I remember when I was in junior high school, there was this older boy we all called Peachy King. My few friends and I thought he was the cat's meow because he had a mustache -- hence, "peach" -- but we were the only ones. He was tormented daily. It wasn't that he was slow or odd; it was something different, something I could not then nor can I now place my finger on. He was a bully's target, one who is just born to stand out in that regard.
We were in the locker room, changing out of our gym clothes when some of the older, more developed boys stormed in carrying Peachy King by the arms and legs. I remember how red his face was, how he was crying for them to stop. The bullies laughed like devils. They ended up trying to cram him into a container that was used to store sundry gym equipment. Peachy King held on for dear life, his legs sticking straight up out of the container like two crossed straws. The kids finally relented and left him there crying. He was crammed in pretty good. It took us a while to pry him out. It took me years to forgive myself for being nothing more than an afraid bystander.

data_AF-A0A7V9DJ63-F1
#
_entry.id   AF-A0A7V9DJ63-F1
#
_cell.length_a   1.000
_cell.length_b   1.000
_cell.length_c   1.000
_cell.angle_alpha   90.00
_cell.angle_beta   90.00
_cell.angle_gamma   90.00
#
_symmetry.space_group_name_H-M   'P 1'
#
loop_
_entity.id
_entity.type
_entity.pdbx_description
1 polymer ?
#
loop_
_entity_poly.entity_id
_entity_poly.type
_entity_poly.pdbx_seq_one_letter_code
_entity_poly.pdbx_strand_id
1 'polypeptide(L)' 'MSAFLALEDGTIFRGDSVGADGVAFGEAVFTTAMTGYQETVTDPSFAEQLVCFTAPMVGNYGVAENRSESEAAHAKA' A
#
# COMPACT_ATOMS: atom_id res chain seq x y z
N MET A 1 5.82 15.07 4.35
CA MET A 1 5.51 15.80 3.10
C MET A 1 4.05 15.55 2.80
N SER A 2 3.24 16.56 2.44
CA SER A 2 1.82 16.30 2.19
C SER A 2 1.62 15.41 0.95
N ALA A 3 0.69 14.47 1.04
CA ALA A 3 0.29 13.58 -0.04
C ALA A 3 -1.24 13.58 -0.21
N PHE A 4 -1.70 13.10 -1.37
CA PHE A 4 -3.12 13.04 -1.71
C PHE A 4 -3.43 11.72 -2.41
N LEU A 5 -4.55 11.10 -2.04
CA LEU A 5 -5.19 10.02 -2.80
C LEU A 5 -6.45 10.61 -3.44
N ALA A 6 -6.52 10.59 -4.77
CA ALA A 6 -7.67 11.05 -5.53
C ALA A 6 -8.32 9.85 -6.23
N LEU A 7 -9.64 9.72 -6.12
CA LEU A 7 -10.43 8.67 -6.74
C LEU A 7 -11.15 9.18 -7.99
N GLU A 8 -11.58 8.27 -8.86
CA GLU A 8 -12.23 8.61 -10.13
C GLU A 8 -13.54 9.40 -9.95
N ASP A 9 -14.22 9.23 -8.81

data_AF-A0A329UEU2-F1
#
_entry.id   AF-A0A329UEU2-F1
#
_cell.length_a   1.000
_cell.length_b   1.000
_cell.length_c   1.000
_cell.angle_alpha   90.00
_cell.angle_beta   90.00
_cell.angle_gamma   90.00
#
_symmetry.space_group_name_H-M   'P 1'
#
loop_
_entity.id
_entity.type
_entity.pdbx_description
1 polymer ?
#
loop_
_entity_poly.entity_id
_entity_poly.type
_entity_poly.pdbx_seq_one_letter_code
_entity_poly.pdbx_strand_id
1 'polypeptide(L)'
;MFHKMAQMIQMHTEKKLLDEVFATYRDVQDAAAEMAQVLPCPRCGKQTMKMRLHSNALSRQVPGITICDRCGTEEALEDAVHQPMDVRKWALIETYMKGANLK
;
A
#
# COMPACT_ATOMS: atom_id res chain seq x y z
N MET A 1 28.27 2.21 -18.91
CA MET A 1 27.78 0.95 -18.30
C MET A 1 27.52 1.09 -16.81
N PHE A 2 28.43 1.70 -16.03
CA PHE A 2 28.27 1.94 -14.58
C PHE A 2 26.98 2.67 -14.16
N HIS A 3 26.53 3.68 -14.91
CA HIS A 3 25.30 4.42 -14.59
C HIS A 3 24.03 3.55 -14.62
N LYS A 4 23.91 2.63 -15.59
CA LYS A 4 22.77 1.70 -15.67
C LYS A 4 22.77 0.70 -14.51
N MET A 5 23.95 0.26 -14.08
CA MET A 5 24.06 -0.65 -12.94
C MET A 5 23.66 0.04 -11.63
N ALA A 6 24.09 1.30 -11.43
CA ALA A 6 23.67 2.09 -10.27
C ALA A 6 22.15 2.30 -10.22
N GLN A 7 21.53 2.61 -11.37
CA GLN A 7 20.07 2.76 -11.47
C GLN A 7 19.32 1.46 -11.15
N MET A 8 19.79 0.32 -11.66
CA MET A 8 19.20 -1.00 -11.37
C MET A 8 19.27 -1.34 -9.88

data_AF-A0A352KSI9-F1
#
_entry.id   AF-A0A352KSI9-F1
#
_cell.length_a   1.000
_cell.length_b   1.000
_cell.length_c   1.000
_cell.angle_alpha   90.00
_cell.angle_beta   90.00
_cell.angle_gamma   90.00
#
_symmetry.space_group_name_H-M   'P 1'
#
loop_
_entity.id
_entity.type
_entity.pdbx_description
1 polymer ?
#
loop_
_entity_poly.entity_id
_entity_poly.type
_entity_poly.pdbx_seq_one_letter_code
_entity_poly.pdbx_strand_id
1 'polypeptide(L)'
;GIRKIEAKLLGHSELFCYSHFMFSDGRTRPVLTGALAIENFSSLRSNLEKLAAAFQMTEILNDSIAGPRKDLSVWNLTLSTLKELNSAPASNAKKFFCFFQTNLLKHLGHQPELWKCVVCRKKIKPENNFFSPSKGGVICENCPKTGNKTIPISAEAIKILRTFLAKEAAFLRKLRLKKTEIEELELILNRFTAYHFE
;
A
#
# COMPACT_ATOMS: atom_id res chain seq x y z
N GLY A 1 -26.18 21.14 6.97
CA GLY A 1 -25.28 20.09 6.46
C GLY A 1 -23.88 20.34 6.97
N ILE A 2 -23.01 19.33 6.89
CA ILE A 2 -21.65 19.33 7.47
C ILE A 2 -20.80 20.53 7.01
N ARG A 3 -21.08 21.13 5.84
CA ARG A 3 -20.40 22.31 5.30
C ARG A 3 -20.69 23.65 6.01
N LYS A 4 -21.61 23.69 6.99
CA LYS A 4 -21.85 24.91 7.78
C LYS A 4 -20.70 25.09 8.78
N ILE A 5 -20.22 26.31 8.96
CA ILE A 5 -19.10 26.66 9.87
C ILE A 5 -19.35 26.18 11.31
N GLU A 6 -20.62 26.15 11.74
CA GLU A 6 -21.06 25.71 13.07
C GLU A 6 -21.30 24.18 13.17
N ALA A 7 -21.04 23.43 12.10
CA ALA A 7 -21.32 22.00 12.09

I have known Robbie Toe. I grew up with him, watched him eat alone in the cafeteria, looked away with everyone else when he was pelted with peas. Robbie Toe was shunned, ignored in dark corners at school dances. Robbie Toe wore the same Dollar Store clothes almost every day. I have seen the light go out of Robbie Toe's eyes, perhaps the last light among us all as we fell headlong from the simplicity of childhood into the torments of adolescence. Robbie Toe was both the last boy and the first man. Loneliness is never so sharply felt than by someone who could never figure out why his only purpose was to be the butt of someone's joke.
Perhaps this is why the ending of ALL THE BAD THINGS must be what it is.